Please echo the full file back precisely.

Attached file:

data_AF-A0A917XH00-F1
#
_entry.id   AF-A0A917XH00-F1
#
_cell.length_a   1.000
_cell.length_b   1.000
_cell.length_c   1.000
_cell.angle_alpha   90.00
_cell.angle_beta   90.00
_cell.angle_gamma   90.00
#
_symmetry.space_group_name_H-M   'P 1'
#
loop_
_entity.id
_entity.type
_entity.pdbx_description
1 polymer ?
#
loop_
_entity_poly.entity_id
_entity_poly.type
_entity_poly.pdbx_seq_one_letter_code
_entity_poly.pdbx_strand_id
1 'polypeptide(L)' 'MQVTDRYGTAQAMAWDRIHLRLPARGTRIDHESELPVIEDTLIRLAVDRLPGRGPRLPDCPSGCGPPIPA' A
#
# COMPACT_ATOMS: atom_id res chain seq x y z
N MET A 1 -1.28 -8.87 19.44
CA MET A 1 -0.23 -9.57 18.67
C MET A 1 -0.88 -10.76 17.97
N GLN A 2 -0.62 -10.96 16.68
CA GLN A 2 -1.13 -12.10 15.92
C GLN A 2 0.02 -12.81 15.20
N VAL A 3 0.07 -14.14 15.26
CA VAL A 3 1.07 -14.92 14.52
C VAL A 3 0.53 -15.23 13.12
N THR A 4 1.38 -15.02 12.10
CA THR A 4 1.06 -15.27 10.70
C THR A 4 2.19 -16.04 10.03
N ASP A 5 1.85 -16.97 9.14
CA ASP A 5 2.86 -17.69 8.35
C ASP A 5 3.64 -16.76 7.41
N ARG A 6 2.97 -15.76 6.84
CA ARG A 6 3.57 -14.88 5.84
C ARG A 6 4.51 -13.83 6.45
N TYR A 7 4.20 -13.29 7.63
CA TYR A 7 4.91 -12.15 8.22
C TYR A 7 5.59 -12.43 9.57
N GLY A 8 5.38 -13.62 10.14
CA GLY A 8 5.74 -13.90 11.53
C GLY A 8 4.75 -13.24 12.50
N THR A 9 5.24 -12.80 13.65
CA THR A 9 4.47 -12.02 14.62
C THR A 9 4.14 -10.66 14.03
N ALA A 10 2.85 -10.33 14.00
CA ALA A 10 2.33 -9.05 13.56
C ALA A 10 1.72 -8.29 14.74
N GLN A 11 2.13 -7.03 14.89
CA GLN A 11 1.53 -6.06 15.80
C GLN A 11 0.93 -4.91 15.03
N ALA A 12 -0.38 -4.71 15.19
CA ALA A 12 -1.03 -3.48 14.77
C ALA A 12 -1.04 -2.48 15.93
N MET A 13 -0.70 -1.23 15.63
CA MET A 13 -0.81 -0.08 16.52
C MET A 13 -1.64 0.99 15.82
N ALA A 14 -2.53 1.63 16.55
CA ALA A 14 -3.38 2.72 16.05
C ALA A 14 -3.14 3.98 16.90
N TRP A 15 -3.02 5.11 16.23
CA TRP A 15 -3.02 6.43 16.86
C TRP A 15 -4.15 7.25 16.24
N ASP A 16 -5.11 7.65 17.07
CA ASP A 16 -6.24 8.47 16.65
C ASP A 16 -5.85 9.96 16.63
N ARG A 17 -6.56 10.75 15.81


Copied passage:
data_AF-A0A917XH00-F1
#
_entry.id   AF-A0A917XH00-F1
#
_cell.length_a   1.000
_cell.length_b   1.000
_cell.length_c   1.000
_cell.angle_alpha   90.00
_cell.angle_beta   90.00
_cell.angle_gamma   90.00
#
_symmetry.space_group_name_H-M   'P 1'
#
loop_
_entity.id
_entity.type
_entity.pdbx_description
1 polymer ?
#
loop_
_entity_poly.entity_id
_entity_poly.type
_entity_poly.pdbx_seq_one_letter_code
_entity_poly.pdbx_strand_id
1 'polypeptide(L)' 'MQVTDRYGTAQAMAWDRIHLRLPARGTRIDHESELPVIEDTLIRLAVDRLPGRGPRLPDCPSGCGPPIPA' A
#
# COMPACT_ATOMS: atom_id res chain seq x y z
N MET A 1 -1.28 -8.87 19.44
CA MET A 1 -0.23 -9.57 18.67
C MET A 1 -0.88 -10.76 17.97
N GLN A 2 -0.62 -10.96 16.68
CA GLN A 2 -1.13 -12.10 15.92
C GLN A 2 0.02 -12.81 15.20
N VAL A 3 0.07 -14.14 15.26
CA VAL A 3 1.07 -14.92 14.52
C VAL A 3 0.53 -15.23 13.12
N THR A 4 1.38 -15.02 12.10
CA THR A 4 1.06 -15.27 10.70
C THR A 4 2.19 -16.04 10.03
N ASP A 5 1.85 -16.97 9.14
CA ASP A 5 2.86 -17.69 8.35
C ASP A 5 3.64 -16.76 7.41
N ARG A 6 2.97 -15.76 6.84
CA ARG A 6 3.57 -14.88 5.84
C ARG A 6 4.51 -13.83 6.45
N TYR A 7 4.20 -13.29 7.63
CA TYR A 7 4.91 -12.15 8.22
C TYR A 7 5.59 -12.43 9.57
N GLY A 8 5.38 -13.62 10.14
CA GLY A 8 5.74 -13.90 11.53
C GLY A 8 4.75 -13.24 12.50
N THR A 9 5.24 -12.80 13.65
CA THR A 9 4.47 -12.02 14.62
C THR A 9 4.14 -10.66 14.03
N ALA A 10 2.85 -10.33 14.00
CA ALA A 10 2.33 -9.05 13.56
C ALA A 10 1.72 -8.29 14.74
N GLN A 11 2.13 -7.03 14.89
CA GLN A 11 1.53 -6.06 15.80
C GLN A 11 0.93 -4.91 15.03
N ALA A 12 -0.38 -4.71 15.19
CA ALA A 12 -1.03 -3.48 14.77
C ALA A 12 -1.04 -2.48 15.93
N MET A 13 -0.70 -1.23 15.63
CA MET A 13 -0.81 -0.08 16.52
C MET A 13 -1.64 0.99 15.82
N ALA A 14 -2.53 1.63 16.55
CA ALA A 14 -3.38 2.72 16.05
C ALA A 14 -3.14 3.98 16.90
N TRP A 15 -3.02 5.11 16.23
CA TRP A 15 -3.02 6.43 16.86
C TRP A 15 -4.15 7.25 16.24
N ASP A 16 -5.11 7.65 17.07
CA ASP A 16 -6.24 8.47 16.65
C ASP A 16 -5.85 9.96 16.63
N ARG A 17 -6.56 10.75 15.81